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Miss Marple is back!

July 3, 2009 |  3:00 am

Dame Agatha Christie remains the gold standard of mystery writers not only for her productivity -- the woman wrote 80 detective novels -- but also for her permanence. One could argue that Sherlock Holmes is the most universally famous detective, but Arthur Conan Doyle had but one iconic offspring while Christie had two -- Hercule Poirot and Miss Jane Marple. (Four if you count the wonderful Tommy and Tuppence; five if you add, and I do, Mr. Satterthwaite of the Harley Quin stories.)

Of these, Poirot is probably the best known -- there are more than twice as many Poirot novels -- but Miss Marple is the best loved. Also the most influential. Poirot, like Holmes, was an actual detective, whereas Miss Marple was an aged spinster living in the seemingly tranquil village of St. Mary Mead. It is Miss Marple who introduced the notion that detecting is more about understanding human behavior than about analyzing evidence with the gray cells or knowing far too much about tobacco ash and the various soils of London. It is Miss Marple who introduced the revolutionary notion that people are essentially the same wherever one goes and that while it is sad to believe the worst of people it is also often the truth.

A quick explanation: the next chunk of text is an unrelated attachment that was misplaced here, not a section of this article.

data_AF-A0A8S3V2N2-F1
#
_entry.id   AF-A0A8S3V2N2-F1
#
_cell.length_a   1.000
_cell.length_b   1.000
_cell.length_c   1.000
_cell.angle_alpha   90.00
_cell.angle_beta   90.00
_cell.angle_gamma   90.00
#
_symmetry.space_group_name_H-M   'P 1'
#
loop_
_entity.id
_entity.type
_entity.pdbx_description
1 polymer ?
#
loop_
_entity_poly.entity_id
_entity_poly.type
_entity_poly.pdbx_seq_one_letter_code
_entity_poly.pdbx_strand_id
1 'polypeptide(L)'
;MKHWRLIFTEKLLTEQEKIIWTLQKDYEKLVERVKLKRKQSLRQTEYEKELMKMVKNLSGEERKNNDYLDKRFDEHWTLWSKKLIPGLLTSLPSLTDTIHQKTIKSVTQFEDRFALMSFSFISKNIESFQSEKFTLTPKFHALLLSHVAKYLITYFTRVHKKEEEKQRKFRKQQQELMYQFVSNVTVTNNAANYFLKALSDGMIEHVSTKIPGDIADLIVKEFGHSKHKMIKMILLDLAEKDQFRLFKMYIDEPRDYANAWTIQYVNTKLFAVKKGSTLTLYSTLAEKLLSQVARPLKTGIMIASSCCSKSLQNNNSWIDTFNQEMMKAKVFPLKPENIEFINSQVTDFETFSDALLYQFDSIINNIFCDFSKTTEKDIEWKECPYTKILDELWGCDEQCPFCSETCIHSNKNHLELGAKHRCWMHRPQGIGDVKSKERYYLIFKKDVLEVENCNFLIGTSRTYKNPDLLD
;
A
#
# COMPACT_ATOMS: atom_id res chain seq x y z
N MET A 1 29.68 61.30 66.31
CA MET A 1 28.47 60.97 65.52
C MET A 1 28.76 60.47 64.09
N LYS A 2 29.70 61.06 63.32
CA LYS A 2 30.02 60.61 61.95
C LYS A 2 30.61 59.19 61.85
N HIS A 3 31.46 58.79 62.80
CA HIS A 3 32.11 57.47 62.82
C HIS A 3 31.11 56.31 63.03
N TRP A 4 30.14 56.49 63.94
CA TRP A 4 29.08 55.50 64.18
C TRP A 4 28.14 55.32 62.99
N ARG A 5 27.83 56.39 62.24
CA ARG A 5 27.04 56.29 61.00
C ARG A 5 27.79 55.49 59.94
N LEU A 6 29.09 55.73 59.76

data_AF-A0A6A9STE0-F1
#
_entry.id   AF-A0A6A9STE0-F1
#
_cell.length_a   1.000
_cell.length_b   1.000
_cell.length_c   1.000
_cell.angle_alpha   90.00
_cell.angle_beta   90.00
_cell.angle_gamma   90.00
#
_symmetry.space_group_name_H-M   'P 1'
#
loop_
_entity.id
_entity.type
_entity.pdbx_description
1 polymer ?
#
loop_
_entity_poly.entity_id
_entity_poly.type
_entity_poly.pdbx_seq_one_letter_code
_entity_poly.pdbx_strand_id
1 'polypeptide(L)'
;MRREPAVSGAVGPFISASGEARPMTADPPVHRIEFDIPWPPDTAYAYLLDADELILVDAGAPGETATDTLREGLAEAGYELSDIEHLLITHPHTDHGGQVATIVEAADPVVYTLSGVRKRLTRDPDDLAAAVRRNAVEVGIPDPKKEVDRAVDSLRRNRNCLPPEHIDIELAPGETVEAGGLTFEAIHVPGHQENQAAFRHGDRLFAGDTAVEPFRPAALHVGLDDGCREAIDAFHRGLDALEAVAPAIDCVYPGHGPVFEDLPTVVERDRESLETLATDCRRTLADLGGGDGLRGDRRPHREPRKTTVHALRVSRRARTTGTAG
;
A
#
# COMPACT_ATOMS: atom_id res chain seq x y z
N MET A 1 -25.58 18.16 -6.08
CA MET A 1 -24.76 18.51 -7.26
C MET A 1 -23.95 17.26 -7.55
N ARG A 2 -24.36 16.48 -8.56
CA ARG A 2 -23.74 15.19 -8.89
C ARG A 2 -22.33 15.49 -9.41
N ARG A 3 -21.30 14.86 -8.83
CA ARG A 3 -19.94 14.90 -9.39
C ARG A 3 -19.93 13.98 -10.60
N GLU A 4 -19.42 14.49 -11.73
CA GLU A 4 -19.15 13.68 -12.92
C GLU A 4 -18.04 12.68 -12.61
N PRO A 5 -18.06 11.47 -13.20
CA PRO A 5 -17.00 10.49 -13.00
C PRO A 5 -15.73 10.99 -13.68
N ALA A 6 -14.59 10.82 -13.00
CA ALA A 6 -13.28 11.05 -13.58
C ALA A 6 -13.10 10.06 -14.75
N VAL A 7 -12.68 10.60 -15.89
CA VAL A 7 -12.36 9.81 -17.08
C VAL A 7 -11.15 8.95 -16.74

In other words, everybody lies.

Not surprisingly, both Poirot and Miss Marple have been portrayed countless times in film and television, their most recent PBS incarnation being on "Six by Agatha," which began in June on "Masterpiece Mystery!" with two Poirot mysteries. But while Poirot was once again played by the redoubtable David Suchet, it's a different Jane who kicks off the Marple run Sunday with "A Pocket Full of Rye."

Read the full story.

(Photo courtesy PBS)